Gajanagara, the place name, cannot be identified clearly. The concluding remark 'thanks to the favour of Candraprabha' is a standard way to say that the monk copied the manuscript in a local temple dedicated to the eighth Jina.

This colophon is an interesting instance of a monastic lineage represented at three levels:

  • Vivekaśekhara has the title of vācānācārya – a rather high position in the monastic hierarchy, which means a monk who is well versed in texts and in preaching
  • his pupil is Bhāvaśekhara, who holds the title gaṇi, which means that he leads a group of monks
  • Bhāvaśekhara copied the present manuscript for one of the group, Bhuvanaśekhara, who has the simple title mu°, which is short for muni or ‘monk’.

Jain monks have their official titles added to their names. These titles are also accompanied by terms of respect, such as 'venerable' – pūjya – or the respectful prefix śrī. These respectful terms are sometimes written more than once or are implied as being repeated. The term śrī5 found twice in this colophon should be understood as adding the prefix śrī five times to the name, which denotes a very high level of honour.

The activity of Bhāvaśekhara, who copied this manuscript, is known from other sources too. As well as authoring a narrative composition in Gujarati called Rūpasena-ṛṣi-rāsa in 1626 (1683 VS), he copied at least another manuscript for the same disciple. Bhāvaśekhara gives his spiritual genealogy at the end of his composition, confirming what we read here. Thus this is a good instance of how a colophon offers a glimpse of the monastic Jain community at a micro-level.

Jain ascetics were instructed in religious scriptures, but also widely read in subjects such as mathematics, medicine and grammar. So it is not surprising to see that they could be involved in copying and reading a manuscript of a famous mathematical treatise such as this one.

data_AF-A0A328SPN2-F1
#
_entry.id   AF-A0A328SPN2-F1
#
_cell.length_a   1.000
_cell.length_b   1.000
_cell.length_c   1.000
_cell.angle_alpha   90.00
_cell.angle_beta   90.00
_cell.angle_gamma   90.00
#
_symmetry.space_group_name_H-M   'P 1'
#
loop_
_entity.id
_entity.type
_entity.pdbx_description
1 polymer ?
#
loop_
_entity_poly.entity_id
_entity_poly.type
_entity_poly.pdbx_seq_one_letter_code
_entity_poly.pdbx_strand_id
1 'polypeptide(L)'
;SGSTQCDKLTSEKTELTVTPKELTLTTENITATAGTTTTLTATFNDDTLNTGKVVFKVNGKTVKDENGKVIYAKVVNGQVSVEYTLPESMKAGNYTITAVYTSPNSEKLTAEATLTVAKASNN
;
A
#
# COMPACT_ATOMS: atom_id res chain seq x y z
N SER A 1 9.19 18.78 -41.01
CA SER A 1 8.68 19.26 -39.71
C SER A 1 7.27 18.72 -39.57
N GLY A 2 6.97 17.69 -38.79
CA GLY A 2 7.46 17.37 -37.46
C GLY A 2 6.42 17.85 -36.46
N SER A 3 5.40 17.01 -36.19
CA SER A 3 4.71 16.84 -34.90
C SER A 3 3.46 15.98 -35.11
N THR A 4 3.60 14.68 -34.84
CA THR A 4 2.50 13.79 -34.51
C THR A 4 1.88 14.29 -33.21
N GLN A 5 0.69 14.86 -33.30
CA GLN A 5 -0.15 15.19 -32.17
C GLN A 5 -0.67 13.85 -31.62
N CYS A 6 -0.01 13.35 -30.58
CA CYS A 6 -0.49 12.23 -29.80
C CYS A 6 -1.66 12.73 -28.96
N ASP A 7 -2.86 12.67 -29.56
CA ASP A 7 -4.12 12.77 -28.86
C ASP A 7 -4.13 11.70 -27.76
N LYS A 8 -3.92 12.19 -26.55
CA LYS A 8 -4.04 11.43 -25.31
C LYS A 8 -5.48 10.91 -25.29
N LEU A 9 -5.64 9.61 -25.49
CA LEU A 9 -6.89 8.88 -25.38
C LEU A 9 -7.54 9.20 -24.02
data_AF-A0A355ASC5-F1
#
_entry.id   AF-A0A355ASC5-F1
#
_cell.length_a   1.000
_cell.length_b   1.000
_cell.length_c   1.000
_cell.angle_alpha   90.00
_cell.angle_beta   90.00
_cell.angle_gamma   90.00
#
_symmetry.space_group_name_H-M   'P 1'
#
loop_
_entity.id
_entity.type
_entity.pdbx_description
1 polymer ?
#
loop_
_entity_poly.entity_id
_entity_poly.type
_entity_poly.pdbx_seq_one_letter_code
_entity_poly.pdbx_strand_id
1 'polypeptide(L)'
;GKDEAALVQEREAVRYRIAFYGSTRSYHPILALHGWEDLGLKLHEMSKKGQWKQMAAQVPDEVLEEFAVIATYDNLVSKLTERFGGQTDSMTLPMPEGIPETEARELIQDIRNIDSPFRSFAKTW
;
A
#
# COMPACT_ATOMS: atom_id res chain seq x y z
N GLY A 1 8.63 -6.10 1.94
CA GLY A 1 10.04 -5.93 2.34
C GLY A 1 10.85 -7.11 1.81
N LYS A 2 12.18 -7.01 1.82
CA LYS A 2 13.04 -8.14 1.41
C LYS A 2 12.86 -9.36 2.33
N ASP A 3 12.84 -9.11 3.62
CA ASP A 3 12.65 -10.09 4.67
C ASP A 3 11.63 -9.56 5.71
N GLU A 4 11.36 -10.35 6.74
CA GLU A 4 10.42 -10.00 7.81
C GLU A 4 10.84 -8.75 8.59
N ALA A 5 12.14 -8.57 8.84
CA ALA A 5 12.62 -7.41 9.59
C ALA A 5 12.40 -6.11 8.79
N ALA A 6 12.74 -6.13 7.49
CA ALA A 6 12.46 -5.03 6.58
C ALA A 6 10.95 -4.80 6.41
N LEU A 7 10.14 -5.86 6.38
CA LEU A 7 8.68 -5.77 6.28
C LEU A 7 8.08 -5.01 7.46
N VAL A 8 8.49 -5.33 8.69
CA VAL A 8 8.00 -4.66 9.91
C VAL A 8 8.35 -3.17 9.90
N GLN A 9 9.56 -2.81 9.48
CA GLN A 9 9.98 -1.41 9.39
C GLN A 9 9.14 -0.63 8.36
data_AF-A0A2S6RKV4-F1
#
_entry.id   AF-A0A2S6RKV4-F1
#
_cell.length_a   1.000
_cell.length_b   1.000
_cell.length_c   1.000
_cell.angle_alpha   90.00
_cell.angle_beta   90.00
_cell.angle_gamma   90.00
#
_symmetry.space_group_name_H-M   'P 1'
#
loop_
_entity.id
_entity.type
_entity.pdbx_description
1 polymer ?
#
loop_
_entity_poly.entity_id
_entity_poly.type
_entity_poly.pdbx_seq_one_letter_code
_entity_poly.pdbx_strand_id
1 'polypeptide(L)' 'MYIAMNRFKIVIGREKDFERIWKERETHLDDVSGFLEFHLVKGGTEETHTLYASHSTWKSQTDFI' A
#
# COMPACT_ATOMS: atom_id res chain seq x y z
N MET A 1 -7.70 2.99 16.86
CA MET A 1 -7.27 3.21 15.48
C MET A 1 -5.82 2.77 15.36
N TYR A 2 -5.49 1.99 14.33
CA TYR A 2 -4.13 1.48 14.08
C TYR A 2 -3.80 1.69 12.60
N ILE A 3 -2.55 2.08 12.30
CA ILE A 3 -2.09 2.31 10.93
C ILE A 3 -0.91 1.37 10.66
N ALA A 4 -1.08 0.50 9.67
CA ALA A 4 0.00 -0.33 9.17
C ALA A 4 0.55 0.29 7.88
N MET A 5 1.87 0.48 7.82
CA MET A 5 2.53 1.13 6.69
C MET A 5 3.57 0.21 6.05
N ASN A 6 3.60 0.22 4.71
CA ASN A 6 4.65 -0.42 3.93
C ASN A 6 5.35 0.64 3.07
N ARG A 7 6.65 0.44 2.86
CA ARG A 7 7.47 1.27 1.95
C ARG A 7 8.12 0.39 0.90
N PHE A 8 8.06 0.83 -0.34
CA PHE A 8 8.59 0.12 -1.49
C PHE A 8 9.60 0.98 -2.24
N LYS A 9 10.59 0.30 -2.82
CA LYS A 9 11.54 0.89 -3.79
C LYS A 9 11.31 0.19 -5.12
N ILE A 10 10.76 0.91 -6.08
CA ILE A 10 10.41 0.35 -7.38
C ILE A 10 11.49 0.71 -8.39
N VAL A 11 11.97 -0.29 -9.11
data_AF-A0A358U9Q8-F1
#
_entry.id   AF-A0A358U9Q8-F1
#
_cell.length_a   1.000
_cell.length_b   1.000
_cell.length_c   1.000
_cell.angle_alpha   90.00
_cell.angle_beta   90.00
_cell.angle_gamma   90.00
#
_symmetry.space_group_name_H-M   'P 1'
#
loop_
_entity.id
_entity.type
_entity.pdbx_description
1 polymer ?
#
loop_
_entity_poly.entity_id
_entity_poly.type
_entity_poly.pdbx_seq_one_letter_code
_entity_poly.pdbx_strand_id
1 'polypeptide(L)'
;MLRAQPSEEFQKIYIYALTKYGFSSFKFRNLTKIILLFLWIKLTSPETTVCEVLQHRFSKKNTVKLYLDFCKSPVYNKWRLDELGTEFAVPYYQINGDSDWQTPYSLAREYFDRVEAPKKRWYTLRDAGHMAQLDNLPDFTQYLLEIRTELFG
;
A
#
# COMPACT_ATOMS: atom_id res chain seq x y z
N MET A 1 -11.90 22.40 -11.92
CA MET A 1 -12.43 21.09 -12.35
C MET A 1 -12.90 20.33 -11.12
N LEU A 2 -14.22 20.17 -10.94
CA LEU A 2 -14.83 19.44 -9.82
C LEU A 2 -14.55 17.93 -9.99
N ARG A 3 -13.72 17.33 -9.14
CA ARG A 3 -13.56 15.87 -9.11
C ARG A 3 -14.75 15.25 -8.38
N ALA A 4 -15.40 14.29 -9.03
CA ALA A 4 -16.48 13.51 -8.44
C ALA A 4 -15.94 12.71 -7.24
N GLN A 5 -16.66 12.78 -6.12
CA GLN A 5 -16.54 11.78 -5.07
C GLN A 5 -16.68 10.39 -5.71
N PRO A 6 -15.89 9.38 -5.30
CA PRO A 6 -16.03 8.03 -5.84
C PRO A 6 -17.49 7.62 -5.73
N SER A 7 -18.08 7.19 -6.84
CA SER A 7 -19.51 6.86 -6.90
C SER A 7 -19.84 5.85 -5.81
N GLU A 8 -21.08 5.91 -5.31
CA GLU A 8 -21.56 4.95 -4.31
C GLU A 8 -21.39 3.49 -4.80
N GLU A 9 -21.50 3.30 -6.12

Text of the colophon in red ink:

1. saṁvat 1697 varṣe Śāke 1563 pra-
2. varttamāne māhā-māngalya-prada-Caitra-māse asitapakṣe aṣṭamī śubha-tithau budha-vā-
3. sare ǁ sandhyāyāṁ ǁ śrīVidhipakṣa-gacche ǁ pūjya-bhaṭṭārakaśrī5śrīKalyāṇasāga-
4. ra-sūriśvara-vijaya-rājye śrīmadGajanagare vācanacārya-śrī5Viveka-
5. śeṣara-gaṇinā[ṃ] śiṣya paṁ°‹ śrīśrīśrīBhāvaśeṣara-gaṇinā[] likhitam ǀ śrīḥ ǁ
6. tat-śiṣya mu° Bhuvanaśeṣara paṭhina kṛte ǁśrīCandraprabhu-pāda-praśādāt ǁ ciraṁ ǁ


Common Era
The period of time starting with the year when Jesus Christ was traditionally believed to have been born. Using CE is a more secular way of dating events in a multinational, multi-religious world.
A 'victor' in Sanskrit, a Jina is an enlightened human being who has triumphed over karma and teaches the way to achieve liberation . A synonym for Tīrthaṃkara, which means 'ford-maker' or one who has founded a community after reaching omniscience through asceticism. The most famous 24 – Ṛṣabha to Mahāvīra – were born in the Bharata-kṣetra of the middle world , but more are found in other continents. There have been Jinas in the past and there will be some in the future.
'White-clad’ in Sanskrit, the title of one of the two main divisions of Jainism, in which both male and female mendicants wear white robes. There are some differences of doctrine or belief between these two sects and to some extent their followers consider themselves as belonging to distinct branches. Divisions can be fierce in practical matters, for example, over the ownership of pilgrimage places, but all sects see themselves as Jains.
Often abbreviated, Vikrama-saṃvat is the calendar associated with Emperor Vikramāditya. It begins in about 56 BCE so the equivalent date in the Common Era can be calculated by subtracting 57 or 56. Based on Hindu traditions, it is a lunar calendar often used in contemporary India.
Hindu goddess of learning who presides over the teaching of the Jinas, and is worshipped on the day of the festival devoted to scriptures. As goddess of knowledge, music and the arts, Sarasvatī is one of the most popular deities in India and has followers among all the Indian religions.